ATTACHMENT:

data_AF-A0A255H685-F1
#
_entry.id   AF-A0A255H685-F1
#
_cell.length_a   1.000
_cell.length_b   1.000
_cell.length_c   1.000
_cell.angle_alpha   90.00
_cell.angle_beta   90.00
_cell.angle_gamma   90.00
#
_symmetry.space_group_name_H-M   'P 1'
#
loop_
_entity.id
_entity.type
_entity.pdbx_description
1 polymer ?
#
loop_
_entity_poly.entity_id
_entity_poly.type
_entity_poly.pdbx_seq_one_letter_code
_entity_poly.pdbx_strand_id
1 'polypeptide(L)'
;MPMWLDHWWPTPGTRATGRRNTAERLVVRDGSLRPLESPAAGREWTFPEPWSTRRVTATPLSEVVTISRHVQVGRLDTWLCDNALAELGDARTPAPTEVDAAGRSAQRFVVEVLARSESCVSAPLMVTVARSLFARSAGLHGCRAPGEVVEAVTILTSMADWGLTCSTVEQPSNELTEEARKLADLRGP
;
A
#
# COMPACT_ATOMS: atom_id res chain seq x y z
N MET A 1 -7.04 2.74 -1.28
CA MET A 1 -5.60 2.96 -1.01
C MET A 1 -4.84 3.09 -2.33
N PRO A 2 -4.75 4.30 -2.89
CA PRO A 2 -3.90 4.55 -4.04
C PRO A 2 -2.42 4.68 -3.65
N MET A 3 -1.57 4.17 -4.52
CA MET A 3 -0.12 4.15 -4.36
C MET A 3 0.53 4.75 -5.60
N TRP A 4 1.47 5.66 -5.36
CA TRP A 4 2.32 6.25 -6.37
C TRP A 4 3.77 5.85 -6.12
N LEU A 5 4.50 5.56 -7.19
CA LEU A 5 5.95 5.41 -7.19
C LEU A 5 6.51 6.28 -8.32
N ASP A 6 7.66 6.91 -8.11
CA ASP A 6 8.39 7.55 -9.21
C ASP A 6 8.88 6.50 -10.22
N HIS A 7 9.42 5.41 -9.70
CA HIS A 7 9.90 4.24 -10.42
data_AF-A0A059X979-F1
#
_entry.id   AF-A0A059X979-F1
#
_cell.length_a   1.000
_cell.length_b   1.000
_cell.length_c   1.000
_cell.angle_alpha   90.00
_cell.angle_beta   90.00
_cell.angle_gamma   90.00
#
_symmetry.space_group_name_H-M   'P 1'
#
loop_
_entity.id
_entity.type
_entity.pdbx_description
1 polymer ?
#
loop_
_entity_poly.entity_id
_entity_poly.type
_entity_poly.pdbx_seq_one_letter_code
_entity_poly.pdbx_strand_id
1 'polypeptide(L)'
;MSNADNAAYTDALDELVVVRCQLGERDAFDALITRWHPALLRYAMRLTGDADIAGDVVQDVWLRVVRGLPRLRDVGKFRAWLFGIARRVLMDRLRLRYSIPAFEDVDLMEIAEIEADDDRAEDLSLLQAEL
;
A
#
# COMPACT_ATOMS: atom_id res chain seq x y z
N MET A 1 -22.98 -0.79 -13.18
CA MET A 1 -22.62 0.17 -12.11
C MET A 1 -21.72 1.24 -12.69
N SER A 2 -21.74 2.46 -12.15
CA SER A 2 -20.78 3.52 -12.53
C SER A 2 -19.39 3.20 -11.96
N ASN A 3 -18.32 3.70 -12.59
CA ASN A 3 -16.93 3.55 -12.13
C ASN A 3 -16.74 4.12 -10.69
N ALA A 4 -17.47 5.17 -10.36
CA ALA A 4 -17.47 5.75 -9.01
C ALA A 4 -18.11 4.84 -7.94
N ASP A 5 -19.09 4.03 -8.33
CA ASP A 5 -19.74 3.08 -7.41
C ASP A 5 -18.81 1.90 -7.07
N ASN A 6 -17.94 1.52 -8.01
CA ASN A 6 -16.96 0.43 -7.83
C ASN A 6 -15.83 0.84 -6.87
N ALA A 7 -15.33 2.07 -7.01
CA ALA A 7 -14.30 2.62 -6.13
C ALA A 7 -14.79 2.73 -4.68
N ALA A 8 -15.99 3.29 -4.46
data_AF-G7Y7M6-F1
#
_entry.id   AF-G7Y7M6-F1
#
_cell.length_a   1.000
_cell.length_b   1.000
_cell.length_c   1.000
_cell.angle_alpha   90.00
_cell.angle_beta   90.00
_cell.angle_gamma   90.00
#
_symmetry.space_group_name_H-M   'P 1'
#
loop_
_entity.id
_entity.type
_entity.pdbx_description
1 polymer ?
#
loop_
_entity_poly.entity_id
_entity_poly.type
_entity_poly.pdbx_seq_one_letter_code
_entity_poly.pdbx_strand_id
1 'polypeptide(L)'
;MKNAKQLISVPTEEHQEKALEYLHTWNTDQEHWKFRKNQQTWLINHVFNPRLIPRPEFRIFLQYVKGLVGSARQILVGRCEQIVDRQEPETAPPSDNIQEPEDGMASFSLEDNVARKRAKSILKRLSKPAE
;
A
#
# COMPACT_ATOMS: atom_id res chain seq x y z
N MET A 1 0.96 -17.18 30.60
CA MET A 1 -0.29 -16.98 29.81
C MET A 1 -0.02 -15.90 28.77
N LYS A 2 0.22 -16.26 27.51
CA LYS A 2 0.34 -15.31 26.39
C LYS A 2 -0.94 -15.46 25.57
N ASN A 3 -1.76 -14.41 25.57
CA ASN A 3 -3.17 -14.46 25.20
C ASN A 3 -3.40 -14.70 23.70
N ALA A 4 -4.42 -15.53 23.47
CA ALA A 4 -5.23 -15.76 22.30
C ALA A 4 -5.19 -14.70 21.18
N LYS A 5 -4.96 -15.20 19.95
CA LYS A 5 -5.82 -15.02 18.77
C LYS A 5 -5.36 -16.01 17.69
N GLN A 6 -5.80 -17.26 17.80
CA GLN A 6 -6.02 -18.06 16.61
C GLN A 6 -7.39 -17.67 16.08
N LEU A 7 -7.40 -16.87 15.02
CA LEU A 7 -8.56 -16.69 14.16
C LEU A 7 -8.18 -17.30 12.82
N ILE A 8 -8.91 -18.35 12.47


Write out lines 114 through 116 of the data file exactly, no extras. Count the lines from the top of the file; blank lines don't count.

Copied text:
_symmetry.space_group_name_H-M   'P 1'
#
loop_